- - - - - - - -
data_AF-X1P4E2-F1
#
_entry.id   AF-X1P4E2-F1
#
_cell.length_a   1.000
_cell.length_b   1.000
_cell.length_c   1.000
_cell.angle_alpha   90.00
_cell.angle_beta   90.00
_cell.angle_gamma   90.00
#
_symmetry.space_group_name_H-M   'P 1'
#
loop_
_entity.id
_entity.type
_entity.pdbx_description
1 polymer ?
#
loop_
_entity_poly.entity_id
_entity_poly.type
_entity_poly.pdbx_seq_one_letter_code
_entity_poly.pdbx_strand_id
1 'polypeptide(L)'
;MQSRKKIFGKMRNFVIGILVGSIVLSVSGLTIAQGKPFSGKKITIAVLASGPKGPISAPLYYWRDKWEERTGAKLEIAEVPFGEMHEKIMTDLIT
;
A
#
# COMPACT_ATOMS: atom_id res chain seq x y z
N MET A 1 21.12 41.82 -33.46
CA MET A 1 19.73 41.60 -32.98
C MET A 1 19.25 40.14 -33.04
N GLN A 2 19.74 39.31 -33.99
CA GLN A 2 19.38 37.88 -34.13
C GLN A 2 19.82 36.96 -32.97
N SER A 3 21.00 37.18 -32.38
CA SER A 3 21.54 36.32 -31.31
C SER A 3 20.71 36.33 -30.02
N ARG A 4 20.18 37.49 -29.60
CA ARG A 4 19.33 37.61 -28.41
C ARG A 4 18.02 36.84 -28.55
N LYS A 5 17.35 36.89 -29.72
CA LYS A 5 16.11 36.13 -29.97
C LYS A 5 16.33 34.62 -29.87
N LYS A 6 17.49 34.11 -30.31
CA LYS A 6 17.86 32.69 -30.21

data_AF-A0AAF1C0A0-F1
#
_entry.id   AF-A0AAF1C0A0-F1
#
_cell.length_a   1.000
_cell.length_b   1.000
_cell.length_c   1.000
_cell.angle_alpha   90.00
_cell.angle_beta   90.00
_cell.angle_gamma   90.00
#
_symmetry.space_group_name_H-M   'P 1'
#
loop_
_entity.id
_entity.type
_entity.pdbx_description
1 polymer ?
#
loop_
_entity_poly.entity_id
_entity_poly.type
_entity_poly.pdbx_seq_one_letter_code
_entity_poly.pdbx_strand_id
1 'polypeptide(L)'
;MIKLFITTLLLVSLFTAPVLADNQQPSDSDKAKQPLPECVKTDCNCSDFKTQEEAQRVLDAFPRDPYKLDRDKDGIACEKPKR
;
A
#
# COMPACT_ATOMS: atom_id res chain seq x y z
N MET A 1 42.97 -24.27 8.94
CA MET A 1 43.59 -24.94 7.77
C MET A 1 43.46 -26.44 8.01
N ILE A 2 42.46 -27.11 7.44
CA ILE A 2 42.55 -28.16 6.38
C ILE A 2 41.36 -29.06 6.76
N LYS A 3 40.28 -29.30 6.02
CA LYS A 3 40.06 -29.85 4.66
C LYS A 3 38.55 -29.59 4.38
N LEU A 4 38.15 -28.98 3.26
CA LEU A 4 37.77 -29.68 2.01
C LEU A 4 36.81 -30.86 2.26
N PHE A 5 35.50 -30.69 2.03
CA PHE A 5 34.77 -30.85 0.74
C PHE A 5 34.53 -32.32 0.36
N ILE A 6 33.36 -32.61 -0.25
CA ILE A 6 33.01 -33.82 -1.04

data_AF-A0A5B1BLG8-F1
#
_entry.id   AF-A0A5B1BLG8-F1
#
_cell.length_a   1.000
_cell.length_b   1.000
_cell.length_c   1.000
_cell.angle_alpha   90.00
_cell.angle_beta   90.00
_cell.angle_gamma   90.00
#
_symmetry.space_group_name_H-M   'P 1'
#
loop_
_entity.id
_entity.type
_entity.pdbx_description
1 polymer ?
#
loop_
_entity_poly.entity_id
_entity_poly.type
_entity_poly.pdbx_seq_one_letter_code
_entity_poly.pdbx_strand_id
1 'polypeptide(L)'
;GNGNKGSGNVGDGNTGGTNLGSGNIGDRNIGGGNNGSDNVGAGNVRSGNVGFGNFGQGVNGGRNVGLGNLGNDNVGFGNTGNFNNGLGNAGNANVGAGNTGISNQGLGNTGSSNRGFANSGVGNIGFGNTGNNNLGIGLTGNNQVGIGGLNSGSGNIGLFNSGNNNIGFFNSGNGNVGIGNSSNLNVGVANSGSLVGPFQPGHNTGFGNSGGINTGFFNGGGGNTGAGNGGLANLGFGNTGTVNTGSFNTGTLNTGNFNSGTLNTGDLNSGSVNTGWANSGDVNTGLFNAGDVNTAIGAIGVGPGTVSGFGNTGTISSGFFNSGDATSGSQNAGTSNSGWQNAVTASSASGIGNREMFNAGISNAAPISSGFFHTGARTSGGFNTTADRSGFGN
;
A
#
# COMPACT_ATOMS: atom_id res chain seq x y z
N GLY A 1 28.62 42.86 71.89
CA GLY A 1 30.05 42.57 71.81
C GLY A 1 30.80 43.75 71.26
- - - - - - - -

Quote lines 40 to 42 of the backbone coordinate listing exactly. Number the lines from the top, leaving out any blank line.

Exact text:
N ARG A 4 20.18 37.49 -29.60
CA ARG A 4 19.33 37.61 -28.41
C ARG A 4 18.02 36.84 -28.55